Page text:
The family of a 19-year-old man who was swept downstream to the edge of a Yosemite waterfall reacts to news of his disappearance. KCRA's Mallory Hoff reports.
A 19-year-old California man is feared dead after he was caught in river currents and swept over a giant waterfall while swimming in Yosemite National Park over the weekend.
Aleh Kalman of Sacramento was swimming in the Merced River during a church retreat just before 3 p.m. Saturday when fast-moving waters seized him and drove him downstream over the 600-foot Nevada Fall, park officials said.
After a couple days of searching, officials did not dispatch search and rescue teams to find Kalman on Monday morning, according to park ranger Kari Cobb.
“We believe that a fall from that waterfall is not survivable,” Cobb said, adding that park authorities will conduct another round of searches in a few days or when the water recedes to the point that authorities can get a closer look at the riverbed.
More than 20 members of the park’s search and rescue team scoured the base of the river for Kalman over the weekend, according to Cobb. A California Highway Patrol helicopter scanned from the air on Saturday, she added.
Kalman is believed to have been hiking on the park’s Mist Trail before taking a dip in the river roughly 150 feet upstream from the precipice of the towering waterfall. Witnesses saw Kalman getting caught in the ferocious tides before being washed away, according to a park statement released Sunday.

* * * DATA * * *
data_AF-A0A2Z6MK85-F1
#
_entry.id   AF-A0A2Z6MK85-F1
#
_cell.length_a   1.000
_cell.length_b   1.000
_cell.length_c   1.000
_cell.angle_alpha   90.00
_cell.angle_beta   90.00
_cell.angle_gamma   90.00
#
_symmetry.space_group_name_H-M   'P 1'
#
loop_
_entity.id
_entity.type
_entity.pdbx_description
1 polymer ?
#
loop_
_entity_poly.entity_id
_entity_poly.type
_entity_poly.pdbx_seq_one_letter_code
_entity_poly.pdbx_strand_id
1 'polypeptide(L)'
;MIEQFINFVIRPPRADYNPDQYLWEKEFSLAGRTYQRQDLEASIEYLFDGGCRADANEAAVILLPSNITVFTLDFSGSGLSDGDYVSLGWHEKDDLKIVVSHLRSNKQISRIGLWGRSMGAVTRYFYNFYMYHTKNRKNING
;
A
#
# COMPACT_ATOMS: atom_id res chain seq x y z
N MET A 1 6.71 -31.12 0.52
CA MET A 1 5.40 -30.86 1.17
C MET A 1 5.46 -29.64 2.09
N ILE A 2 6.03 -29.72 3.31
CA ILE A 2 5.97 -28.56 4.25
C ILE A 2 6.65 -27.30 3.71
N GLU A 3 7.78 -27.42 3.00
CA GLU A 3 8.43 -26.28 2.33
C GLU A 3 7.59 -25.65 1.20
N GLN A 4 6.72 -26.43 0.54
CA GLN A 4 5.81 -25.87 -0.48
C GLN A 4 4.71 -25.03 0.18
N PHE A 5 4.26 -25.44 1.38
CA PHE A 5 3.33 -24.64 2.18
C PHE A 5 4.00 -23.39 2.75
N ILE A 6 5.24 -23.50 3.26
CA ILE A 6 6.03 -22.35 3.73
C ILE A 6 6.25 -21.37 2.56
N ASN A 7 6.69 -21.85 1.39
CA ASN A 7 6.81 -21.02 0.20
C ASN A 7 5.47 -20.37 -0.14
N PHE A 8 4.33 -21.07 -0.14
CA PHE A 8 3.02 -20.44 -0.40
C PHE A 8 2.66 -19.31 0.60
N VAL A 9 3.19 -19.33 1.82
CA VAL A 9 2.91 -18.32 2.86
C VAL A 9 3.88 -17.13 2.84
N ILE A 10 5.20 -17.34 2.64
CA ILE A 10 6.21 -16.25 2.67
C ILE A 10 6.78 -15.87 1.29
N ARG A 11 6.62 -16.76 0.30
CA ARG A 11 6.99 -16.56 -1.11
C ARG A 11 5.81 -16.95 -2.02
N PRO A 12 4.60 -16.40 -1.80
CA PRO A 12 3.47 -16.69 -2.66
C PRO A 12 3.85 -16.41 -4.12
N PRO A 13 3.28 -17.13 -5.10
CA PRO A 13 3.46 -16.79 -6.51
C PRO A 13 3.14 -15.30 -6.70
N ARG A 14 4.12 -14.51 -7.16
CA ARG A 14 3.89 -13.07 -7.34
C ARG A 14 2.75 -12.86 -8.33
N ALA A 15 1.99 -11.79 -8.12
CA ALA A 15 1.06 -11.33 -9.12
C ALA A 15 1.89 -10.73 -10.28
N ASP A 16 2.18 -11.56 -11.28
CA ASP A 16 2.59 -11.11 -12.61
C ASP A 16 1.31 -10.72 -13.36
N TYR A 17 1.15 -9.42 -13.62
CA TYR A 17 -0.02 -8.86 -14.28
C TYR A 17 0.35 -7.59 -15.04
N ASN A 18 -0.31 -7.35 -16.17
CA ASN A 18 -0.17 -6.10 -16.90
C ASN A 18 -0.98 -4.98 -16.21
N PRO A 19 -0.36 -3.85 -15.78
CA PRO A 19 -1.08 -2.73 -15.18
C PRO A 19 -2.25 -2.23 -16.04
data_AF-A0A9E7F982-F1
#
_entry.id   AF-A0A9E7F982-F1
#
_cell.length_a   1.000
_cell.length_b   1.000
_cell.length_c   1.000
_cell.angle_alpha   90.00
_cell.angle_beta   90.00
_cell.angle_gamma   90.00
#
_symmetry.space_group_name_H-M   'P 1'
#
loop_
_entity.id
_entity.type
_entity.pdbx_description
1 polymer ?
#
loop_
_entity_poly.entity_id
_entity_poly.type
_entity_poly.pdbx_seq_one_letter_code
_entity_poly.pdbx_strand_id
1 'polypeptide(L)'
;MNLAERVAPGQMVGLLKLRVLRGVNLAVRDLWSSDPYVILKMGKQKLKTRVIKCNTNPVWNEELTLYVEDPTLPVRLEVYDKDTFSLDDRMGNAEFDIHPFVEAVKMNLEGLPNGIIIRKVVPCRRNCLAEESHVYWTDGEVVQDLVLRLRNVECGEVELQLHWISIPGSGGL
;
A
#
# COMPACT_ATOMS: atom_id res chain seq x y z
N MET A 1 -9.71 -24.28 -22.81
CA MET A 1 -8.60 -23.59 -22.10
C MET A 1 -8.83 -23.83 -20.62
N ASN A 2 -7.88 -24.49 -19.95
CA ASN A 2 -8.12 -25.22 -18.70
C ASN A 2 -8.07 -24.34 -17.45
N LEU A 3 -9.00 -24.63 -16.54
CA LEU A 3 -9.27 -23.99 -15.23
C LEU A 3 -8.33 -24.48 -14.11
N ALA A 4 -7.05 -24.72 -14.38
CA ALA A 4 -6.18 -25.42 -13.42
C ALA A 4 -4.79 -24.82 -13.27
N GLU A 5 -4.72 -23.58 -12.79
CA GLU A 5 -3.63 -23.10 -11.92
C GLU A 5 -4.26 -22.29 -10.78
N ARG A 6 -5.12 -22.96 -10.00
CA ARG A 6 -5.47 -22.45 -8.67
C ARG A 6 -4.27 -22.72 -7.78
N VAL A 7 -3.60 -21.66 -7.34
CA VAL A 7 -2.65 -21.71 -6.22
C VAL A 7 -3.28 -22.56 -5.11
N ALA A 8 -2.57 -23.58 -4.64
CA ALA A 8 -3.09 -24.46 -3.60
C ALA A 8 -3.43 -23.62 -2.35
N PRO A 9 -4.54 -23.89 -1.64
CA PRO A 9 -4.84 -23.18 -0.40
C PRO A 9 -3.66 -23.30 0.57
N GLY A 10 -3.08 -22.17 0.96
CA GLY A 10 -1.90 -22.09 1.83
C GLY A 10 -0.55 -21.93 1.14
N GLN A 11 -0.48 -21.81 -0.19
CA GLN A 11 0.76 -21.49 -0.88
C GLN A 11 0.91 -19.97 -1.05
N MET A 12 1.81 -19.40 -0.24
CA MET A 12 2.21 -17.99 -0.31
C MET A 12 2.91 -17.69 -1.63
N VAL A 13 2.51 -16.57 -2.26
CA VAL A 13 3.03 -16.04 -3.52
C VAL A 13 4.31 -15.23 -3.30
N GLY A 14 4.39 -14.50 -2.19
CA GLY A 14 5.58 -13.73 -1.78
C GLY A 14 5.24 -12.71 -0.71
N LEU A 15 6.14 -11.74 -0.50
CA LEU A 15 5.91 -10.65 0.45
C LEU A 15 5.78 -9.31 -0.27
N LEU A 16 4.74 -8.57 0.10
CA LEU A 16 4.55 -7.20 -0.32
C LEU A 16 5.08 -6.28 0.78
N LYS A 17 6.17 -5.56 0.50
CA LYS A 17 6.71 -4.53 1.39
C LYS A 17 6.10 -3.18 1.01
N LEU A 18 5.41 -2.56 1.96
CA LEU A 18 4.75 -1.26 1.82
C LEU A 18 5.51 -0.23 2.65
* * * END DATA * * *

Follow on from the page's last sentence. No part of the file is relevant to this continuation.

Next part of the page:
“The Merced River is very strong, even in places where it appears calm,” Cobb said. “But under the surface, it can be extremely powerful.”
Kalman’s relatives told reporters they preferred not to comment to preserve their privacy, according to NBC station KCRA of Sacramento.
Members of the Second Slavic Baptist Church in North Highlands, which serves a congregation of immigrants from Russia and other former Soviet republics, grieved during Sunday services at the presumptive loss of a teenager whom they called upbeat and a “good guy.”
“I feel bad,” Oksana Naumets told KCRA on Sunday. “Everybody pray today.”
Denis Koleukhov, who also belongs to the church, said the group regularly went on trips to Yosemite, and "they didn't think anything bad would happen."
Kalman reportedly traveled to Yosemite in a group of 85, but it is unclear how many of those people were swimming with him when he was washed away, Cobb said.
NBC News' M. Alex Johnson contributed to this report.
This story was originally published on Sun Jun 2, 2013 9:29 PM EDT